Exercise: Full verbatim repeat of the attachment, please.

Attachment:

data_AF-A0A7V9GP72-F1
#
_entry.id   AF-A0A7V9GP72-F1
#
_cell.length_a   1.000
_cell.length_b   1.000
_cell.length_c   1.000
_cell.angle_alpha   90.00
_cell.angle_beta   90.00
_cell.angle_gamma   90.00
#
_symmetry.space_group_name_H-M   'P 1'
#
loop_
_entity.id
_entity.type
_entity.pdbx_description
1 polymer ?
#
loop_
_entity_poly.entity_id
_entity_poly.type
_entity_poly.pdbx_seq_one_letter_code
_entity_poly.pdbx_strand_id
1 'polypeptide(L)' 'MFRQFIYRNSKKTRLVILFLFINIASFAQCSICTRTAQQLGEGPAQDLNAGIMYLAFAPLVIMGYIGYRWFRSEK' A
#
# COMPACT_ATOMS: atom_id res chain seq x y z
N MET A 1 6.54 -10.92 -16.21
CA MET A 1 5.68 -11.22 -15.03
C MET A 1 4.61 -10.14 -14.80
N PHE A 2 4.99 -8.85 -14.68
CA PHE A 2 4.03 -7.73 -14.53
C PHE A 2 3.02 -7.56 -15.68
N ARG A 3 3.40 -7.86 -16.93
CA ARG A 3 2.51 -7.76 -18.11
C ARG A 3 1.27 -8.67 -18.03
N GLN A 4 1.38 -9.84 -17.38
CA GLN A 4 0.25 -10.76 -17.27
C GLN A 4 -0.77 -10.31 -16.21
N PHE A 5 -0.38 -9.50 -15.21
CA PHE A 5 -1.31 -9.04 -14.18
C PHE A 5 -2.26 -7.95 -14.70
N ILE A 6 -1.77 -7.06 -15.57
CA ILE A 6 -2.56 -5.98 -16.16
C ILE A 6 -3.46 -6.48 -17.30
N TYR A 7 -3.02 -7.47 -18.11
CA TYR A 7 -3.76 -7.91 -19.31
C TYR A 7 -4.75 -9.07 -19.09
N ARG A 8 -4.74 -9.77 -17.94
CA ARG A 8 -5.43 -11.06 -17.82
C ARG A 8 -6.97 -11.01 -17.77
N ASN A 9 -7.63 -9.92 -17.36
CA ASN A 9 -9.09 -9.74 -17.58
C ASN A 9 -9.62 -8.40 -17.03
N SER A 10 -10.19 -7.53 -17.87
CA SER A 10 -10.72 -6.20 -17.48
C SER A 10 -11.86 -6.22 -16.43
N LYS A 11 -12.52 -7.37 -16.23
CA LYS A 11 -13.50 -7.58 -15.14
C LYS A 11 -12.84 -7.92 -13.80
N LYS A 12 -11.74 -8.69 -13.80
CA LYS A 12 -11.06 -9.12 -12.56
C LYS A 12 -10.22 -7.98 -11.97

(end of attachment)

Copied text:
data_AF-A0A7V9GP72-F1
#
_entry.id   AF-A0A7V9GP72-F1
#
_cell.length_a   1.000
_cell.length_b   1.000
_cell.length_c   1.000
_cell.angle_alpha   90.00
_cell.angle_beta   90.00
_cell.angle_gamma   90.00
#
_symmetry.space_group_name_H-M   'P 1'
#
loop_
_entity.id
_entity.type
_entity.pdbx_description
1 polymer ?
#
loop_
_entity_poly.entity_id
_entity_poly.type
_entity_poly.pdbx_seq_one_letter_code
_entity_poly.pdbx_strand_id
1 'polypeptide(L)' 'MFRQFIYRNSKKTRLVILFLFINIASFAQCSICTRTAQQLGEGPAQDLNAGIMYLAFAPLVIMGYIGYRWFRSEK' A
#
# COMPACT_ATOMS: atom_id res chain seq x y z
N MET A 1 6.54 -10.92 -16.21
CA MET A 1 5.68 -11.22 -15.03
C MET A 1 4.61 -10.14 -14.80
N PHE A 2 4.99 -8.85 -14.68
CA PHE A 2 4.03 -7.73 -14.53
C PHE A 2 3.02 -7.56 -15.68
N ARG A 3 3.40 -7.86 -16.93
CA ARG A 3 2.51 -7.76 -18.11
C ARG A 3 1.27 -8.67 -18.03
N GLN A 4 1.38 -9.84 -17.38
CA GLN A 4 0.25 -10.76 -17.27
C GLN A 4 -0.77 -10.31 -16.21
N PHE A 5 -0.38 -9.50 -15.21
CA PHE A 5 -1.31 -9.04 -14.18
C PHE A 5 -2.26 -7.95 -14.70
N ILE A 6 -1.77 -7.06 -15.57
CA ILE A 6 -2.56 -5.98 -16.16
C ILE A 6 -3.46 -6.48 -17.30
N TYR A 7 -3.02 -7.47 -18.11
CA TYR A 7 -3.76 -7.91 -19.31
C TYR A 7 -4.75 -9.07 -19.09
N ARG A 8 -4.74 -9.77 -17.94
CA ARG A 8 -5.43 -11.06 -17.82
C ARG A 8 -6.97 -11.01 -17.77
N ASN A 9 -7.63 -9.92 -17.36
CA ASN A 9 -9.09 -9.74 -17.58
C ASN A 9 -9.62 -8.40 -17.03
N SER A 10 -10.19 -7.53 -17.87
CA SER A 10 -10.72 -6.20 -17.48
C SER A 10 -11.86 -6.22 -16.43
N LYS A 11 -12.52 -7.37 -16.23
CA LYS A 11 -13.50 -7.58 -15.14
C LYS A 11 -12.84 -7.92 -13.80
N LYS A 12 -11.74 -8.69 -13.80
CA LYS A 12 -11.06 -9.12 -12.56
C LYS A 12 -10.22 -7.98 -11.97